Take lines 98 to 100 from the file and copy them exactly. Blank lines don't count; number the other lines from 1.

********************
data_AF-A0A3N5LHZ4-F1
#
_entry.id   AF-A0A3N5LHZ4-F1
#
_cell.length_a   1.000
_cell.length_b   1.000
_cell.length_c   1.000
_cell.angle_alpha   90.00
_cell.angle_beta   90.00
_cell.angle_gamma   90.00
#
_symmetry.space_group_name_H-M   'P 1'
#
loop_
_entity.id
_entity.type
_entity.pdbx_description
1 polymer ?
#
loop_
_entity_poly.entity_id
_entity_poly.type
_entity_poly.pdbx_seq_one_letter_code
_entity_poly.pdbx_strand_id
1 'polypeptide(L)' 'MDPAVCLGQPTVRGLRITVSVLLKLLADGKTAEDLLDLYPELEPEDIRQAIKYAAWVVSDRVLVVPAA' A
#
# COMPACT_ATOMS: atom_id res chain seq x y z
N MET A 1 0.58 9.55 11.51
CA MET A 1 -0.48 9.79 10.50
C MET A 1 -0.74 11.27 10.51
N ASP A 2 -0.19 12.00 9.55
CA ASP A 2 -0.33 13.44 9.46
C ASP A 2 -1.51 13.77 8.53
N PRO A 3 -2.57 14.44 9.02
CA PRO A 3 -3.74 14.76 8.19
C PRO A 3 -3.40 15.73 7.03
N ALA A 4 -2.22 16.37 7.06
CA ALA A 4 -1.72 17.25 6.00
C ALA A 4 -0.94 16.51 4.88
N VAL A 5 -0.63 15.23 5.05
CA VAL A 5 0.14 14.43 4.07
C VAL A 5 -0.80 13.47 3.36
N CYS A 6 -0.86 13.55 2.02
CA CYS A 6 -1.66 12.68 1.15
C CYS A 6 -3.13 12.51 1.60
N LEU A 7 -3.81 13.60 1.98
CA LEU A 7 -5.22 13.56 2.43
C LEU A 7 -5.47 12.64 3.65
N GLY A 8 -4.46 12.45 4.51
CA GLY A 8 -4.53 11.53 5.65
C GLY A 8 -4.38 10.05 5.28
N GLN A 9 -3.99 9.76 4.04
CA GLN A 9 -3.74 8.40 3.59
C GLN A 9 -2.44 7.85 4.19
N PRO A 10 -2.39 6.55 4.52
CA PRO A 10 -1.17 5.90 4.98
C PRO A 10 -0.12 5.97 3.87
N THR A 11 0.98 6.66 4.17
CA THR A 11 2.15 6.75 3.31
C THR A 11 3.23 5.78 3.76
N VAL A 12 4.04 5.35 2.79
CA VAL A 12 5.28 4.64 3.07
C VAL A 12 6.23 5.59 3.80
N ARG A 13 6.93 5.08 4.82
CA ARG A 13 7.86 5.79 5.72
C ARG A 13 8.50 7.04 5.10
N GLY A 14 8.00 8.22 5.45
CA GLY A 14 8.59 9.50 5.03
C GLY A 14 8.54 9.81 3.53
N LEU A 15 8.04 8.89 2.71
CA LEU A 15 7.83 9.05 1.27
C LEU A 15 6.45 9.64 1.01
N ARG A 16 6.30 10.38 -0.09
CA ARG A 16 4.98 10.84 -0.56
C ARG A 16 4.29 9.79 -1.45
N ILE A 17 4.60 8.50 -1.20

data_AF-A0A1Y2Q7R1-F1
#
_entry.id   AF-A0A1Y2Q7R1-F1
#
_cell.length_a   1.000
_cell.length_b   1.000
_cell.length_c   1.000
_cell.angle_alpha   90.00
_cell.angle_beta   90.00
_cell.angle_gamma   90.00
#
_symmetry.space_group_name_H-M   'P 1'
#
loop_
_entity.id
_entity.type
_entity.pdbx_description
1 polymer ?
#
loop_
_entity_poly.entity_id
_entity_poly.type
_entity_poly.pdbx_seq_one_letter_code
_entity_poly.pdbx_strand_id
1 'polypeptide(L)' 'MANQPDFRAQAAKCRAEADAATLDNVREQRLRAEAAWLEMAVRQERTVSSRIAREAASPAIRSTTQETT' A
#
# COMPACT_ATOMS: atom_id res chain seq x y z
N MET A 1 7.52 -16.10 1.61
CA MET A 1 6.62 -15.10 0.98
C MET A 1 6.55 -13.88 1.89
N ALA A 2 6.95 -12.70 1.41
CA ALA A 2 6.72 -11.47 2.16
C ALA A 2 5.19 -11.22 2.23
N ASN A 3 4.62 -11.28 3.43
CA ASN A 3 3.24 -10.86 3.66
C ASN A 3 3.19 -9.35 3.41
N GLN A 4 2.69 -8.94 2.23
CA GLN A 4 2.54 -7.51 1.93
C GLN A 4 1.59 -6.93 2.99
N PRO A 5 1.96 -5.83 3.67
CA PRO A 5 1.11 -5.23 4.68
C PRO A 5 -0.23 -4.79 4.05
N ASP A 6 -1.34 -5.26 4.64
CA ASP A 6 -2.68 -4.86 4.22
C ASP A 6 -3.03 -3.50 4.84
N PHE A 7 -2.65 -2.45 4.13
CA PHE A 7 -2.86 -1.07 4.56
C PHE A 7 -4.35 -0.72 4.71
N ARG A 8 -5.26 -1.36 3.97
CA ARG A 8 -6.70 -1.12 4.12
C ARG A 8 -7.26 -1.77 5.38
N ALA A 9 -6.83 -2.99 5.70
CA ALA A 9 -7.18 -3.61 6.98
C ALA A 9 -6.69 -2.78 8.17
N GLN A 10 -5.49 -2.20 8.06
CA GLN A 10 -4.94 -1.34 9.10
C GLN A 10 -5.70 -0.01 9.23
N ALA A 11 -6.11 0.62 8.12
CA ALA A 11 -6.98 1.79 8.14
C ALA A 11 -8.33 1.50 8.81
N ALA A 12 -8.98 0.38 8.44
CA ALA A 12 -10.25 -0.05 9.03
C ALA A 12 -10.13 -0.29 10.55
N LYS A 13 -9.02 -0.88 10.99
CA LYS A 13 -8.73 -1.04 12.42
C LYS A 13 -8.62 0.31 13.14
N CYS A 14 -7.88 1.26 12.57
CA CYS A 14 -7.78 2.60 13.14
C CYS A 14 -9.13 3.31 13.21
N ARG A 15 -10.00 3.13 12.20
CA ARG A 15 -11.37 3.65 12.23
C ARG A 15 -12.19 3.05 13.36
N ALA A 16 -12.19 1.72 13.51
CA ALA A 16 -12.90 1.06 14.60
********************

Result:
_entity_poly.type
_entity_poly.pdbx_seq_one_letter_code
_entity_poly.pdbx_strand_id